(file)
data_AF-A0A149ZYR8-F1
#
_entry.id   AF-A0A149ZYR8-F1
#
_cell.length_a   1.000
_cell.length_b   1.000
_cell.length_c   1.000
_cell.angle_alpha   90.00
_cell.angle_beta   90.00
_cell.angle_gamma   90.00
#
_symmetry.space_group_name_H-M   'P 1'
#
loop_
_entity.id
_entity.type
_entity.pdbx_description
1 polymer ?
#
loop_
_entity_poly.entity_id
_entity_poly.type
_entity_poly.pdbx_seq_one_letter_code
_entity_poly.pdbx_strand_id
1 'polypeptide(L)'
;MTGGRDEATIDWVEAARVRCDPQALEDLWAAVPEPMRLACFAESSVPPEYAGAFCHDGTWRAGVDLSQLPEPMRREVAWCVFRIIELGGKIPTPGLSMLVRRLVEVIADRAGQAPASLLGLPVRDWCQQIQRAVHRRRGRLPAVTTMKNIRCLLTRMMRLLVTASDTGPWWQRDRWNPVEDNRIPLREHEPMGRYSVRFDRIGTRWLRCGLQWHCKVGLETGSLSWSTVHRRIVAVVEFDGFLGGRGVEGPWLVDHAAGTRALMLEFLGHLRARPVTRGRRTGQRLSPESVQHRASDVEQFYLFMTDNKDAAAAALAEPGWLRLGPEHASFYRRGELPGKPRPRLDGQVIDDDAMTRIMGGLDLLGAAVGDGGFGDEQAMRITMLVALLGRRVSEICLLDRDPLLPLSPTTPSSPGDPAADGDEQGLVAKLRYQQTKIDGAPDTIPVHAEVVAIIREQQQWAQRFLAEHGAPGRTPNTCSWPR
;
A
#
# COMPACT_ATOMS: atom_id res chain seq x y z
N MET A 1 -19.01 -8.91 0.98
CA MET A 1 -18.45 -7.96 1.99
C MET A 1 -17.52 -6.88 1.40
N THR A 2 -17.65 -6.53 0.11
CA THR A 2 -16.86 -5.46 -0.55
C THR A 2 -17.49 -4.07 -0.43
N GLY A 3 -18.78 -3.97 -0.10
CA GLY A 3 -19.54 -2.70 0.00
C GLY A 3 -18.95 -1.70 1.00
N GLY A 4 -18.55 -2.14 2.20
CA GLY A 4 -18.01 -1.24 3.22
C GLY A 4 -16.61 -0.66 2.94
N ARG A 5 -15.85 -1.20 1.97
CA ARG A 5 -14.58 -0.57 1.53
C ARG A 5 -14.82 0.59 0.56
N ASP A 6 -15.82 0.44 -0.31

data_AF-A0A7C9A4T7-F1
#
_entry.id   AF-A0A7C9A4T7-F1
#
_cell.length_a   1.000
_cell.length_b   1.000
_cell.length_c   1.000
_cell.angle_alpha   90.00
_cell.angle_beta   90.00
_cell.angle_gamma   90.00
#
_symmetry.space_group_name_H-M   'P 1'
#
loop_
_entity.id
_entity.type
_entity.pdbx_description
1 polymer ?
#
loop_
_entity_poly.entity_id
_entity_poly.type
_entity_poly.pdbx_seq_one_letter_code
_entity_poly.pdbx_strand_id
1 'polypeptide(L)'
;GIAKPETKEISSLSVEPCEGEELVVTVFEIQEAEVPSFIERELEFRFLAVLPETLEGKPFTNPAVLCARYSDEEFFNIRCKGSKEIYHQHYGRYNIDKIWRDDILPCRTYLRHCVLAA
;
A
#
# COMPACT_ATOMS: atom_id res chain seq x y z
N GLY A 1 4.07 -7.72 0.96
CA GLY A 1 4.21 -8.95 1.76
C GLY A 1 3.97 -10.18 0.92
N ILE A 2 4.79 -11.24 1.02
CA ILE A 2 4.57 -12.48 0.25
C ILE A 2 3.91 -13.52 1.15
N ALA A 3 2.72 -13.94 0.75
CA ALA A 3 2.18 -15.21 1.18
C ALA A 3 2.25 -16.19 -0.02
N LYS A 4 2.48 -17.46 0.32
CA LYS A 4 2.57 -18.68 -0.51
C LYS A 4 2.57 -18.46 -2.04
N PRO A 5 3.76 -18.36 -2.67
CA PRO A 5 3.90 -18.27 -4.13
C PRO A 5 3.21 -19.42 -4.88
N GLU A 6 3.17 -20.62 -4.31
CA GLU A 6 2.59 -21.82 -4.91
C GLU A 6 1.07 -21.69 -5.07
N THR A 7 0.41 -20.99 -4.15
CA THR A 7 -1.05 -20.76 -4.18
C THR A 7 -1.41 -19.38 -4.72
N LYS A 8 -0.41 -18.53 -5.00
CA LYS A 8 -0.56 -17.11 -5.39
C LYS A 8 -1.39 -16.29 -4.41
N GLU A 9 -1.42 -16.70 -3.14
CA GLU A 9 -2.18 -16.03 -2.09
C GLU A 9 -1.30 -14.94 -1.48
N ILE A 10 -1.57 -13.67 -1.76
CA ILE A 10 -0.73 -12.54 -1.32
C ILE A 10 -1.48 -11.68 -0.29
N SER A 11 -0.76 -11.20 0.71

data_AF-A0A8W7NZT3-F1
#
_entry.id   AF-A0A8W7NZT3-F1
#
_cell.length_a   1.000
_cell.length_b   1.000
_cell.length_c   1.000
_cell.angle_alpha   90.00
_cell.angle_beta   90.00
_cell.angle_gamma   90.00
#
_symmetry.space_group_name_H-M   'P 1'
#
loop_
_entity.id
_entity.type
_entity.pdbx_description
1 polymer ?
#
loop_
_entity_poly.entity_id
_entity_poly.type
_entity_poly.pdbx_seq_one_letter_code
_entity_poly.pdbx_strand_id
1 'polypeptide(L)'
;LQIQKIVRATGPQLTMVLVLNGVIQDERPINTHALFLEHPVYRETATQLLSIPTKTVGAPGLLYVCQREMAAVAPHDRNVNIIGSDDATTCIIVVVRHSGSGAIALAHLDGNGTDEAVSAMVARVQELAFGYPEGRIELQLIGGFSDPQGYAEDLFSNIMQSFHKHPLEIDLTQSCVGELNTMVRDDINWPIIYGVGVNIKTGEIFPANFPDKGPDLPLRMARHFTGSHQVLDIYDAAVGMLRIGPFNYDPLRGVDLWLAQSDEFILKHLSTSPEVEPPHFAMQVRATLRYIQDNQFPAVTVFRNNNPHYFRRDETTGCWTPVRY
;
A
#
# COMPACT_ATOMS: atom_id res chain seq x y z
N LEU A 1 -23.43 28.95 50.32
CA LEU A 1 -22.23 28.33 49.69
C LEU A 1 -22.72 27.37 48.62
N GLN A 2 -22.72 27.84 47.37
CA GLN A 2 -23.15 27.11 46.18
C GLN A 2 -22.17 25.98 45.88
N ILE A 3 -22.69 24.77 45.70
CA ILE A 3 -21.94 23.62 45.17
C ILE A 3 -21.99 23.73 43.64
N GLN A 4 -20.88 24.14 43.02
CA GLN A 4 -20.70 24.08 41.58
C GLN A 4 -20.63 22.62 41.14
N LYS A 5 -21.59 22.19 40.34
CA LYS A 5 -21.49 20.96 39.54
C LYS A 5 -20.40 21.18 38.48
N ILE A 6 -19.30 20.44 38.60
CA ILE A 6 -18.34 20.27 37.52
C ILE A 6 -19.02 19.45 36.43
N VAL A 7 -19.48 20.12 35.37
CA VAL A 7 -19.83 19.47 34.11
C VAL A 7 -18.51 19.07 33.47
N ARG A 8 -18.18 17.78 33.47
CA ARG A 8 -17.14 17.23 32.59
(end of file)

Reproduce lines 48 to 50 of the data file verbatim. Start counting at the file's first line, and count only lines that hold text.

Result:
#
_entry.id   AF-A0A7C9A4T7-F1
#